This program was an offshoot of the state party. It was responsible for more than 4 million voter contacts statewide and spent $2.4 million on mail as part of its get-out-the-vote effort, according to a source directly involved. Half of its funding came from organizations such as the National Republican Congressional Committee and Republican National Committee, and McCarthy had to raise money to fund the other half.
“We will certainly continue to be on offense in California during the 2014 midterms,” McCarthy spokesman Mike Long said. He added that McCarthy has always said the effort to put infrastructure and resources on the ground would take two cycles to fully implement.
The top targets for Republicans start with Reps.-elect Scott Peters, Ami Bera and Raul Ruiz, who all knocked off GOP incumbents. Former GOP Rep. Doug Ose, among others, is already being talked about as a potential challenger to Bera.
Other top GOP targets include Democratic Reps. John Garamendi and Jim Costa, who Republicans believed showed signs of weakness in 2012 and were greatly assisted by the presidential turnout. There is also still hope in Ventura against Rep.-elect Julia Brownley.
“The time to get them back is the first time these guys are up for re-election,” Gilliard said. “If they get entrenched, it’s going to be difficult, so I hope Republicans do make an effort to win some of these seats back in two years.”
By all indications, they will.
McCarthy is expected to take what worked with the Victory operation in 2012 and enhance it this cycle. Republican Rep. Devin Nunes, who was also heavily involved, said in an interview that it’s a necessity to keep up with well-funded and Democrat-supporting labor unions.
“We have to build an operation that competes with the public employee unions,” Nunes said. “We did it in my area, but we have to replicate it across the state.”
Republican Rep. Jeff Denham, who survived a strong Democratic challenge, said the Victory operation succeeded in helping the party speak with tens of thousands of voters across 12 targeted districts. But the party still was not as successful as it had hoped, and Denham believes individual campaigns need to improve their message delivery to the different voting blocs.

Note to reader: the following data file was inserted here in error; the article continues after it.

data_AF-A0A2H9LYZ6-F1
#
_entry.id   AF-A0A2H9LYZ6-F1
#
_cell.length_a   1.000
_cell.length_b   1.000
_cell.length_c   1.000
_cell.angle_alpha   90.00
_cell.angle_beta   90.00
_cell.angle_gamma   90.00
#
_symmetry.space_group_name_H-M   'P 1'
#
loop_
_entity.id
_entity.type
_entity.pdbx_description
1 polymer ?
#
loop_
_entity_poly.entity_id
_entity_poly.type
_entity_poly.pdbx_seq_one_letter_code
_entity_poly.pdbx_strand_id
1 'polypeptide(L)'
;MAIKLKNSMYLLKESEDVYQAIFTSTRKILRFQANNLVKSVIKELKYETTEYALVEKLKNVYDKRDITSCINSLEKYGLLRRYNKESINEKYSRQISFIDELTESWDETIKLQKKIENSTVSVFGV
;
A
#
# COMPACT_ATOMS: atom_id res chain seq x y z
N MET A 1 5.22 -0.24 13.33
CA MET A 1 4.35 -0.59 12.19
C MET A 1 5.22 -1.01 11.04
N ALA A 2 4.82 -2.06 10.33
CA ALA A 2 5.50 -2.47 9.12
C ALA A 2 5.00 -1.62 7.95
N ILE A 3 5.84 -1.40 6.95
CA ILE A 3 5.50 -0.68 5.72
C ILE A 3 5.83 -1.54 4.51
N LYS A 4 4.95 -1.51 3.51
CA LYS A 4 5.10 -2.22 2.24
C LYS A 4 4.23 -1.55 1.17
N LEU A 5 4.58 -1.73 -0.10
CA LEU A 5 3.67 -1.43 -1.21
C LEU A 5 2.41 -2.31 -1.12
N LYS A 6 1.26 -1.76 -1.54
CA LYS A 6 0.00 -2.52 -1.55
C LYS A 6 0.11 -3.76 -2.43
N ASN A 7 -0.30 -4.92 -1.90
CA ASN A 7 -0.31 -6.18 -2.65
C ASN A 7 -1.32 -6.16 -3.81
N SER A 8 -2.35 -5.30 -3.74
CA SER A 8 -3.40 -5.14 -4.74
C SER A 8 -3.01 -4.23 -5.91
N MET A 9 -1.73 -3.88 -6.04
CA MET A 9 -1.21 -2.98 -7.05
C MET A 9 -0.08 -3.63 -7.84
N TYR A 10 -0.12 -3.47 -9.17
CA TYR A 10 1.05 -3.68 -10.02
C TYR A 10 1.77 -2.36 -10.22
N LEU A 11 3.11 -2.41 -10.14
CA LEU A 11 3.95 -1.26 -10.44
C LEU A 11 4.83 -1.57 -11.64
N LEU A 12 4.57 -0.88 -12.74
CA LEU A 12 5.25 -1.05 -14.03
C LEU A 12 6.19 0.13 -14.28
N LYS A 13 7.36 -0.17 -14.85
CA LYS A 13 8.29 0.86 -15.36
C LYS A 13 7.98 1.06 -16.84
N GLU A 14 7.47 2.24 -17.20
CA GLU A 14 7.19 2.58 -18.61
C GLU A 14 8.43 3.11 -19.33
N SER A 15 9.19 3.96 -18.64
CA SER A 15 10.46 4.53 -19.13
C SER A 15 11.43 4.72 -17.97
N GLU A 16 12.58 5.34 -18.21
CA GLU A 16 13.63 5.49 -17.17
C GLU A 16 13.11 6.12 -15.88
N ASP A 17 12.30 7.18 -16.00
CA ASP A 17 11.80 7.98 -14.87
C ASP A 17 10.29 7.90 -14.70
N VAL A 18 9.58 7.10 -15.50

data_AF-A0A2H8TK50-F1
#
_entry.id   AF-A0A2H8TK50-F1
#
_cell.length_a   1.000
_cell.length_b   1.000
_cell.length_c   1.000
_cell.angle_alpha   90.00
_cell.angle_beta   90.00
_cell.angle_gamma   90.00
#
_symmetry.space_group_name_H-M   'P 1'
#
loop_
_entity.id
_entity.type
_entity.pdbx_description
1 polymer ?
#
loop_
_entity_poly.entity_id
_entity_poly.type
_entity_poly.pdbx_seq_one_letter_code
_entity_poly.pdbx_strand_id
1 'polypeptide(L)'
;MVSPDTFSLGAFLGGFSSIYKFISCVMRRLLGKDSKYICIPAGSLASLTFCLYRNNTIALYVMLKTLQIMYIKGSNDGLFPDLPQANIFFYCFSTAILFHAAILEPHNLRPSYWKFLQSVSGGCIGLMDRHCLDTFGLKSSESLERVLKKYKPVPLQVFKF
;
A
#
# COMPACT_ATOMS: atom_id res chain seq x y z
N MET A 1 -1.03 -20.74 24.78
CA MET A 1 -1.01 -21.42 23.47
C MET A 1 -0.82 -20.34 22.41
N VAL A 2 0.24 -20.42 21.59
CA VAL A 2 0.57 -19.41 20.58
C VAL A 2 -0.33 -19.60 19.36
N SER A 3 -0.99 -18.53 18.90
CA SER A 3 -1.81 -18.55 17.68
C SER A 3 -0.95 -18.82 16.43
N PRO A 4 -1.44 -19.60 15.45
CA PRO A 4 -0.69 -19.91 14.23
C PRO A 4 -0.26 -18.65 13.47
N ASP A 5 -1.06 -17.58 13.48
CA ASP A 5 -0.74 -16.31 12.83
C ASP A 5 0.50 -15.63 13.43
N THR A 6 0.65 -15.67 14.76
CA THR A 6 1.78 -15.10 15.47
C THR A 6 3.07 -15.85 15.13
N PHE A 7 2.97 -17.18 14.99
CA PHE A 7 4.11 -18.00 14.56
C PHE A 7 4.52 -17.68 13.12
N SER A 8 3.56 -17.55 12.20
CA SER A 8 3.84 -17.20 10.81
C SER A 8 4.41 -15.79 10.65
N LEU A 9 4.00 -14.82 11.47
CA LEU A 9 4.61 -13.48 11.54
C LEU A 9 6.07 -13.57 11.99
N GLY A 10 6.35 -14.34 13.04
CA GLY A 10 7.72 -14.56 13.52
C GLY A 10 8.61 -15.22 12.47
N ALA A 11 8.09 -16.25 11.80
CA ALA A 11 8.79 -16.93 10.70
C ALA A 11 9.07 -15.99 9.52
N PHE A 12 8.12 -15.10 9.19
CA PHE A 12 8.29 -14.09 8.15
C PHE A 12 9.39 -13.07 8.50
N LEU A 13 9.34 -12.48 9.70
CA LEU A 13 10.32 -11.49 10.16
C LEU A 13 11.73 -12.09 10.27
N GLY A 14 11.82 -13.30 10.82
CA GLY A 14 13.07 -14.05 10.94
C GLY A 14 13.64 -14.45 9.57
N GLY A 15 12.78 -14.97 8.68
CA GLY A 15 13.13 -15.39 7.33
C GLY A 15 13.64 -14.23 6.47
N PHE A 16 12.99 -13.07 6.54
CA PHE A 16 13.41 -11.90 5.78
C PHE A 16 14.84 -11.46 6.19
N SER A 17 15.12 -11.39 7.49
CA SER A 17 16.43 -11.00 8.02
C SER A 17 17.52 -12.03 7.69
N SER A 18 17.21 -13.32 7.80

“One of the things that was different about my campaign is we were actually on Spanish radio and on TV and in the Spanish newspapers,” Denham said. “And we need to do that statewide.”
For their part, Democrats believe the 2012 gains came in districts that turned out to be more Democratic than initially believed, and they view 2014 as a chance to pick up some of the seats they left on the field this year. A Democratic source said the party’s GOP targets begin with Rep.-elect David Valadao, who won the Central Valley-based 21st District against an underfunded opponent, and Rep. Gary G. Miller, who moved into a Democratic-leaning district.
Thanks to the new primary dynamic, Miller faced a fellow Republican in the general. It’s unlikely he’ll be so lucky this cycle, and Miller will go into 2014 as the one of the most vulnerable incumbents in the country.
Meanwhile, Republican optimism is tempered by the financial failures of the state party and the lack of a legitimate bench of candidates capable of competing statewide.